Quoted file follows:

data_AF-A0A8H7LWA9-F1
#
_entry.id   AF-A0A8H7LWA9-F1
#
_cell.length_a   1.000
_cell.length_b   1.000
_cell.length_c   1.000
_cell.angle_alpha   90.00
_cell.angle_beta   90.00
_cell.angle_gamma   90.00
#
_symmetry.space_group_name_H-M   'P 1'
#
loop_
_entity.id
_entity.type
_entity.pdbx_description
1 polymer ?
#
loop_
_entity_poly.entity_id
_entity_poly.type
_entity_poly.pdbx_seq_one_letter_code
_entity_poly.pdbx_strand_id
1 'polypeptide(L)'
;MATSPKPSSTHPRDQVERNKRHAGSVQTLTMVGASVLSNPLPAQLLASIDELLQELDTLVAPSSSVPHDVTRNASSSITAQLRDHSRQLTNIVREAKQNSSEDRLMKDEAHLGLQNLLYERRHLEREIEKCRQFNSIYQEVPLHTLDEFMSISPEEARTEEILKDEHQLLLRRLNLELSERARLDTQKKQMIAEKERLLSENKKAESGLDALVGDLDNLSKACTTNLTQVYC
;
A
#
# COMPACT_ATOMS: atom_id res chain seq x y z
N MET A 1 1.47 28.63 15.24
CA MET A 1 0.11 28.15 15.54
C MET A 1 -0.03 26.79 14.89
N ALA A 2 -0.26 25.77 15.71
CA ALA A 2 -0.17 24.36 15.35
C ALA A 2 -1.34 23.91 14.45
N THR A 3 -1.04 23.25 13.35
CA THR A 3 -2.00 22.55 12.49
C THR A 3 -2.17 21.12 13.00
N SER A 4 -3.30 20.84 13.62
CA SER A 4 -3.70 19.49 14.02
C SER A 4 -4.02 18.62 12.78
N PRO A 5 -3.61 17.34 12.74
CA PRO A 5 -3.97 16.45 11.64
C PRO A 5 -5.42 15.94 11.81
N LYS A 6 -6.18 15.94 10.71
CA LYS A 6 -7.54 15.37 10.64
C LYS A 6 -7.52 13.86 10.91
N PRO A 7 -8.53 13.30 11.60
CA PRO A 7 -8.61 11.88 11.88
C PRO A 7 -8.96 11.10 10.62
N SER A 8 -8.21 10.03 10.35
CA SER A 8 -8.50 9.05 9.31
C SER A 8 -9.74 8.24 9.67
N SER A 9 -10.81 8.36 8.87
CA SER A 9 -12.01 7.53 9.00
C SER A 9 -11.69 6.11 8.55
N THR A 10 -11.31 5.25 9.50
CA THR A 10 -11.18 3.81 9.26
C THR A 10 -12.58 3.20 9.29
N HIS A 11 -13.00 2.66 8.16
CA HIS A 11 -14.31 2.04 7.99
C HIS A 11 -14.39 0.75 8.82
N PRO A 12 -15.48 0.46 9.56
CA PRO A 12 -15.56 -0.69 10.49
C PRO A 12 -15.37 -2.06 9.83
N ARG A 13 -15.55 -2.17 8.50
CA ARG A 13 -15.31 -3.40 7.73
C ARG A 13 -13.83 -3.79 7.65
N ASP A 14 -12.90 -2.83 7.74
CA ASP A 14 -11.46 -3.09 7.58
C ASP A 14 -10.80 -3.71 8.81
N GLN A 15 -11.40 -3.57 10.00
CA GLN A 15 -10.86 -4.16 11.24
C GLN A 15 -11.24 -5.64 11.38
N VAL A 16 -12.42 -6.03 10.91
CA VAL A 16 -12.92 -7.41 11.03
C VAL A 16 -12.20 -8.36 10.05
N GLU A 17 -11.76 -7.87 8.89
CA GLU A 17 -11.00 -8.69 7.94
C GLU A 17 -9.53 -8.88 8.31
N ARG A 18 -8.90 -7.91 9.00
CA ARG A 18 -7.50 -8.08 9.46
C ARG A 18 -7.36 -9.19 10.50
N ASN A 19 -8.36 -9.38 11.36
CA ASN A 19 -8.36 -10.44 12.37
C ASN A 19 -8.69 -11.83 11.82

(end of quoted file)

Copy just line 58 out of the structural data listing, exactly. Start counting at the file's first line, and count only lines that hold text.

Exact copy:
N THR A 10 -11.31 5.25 9.50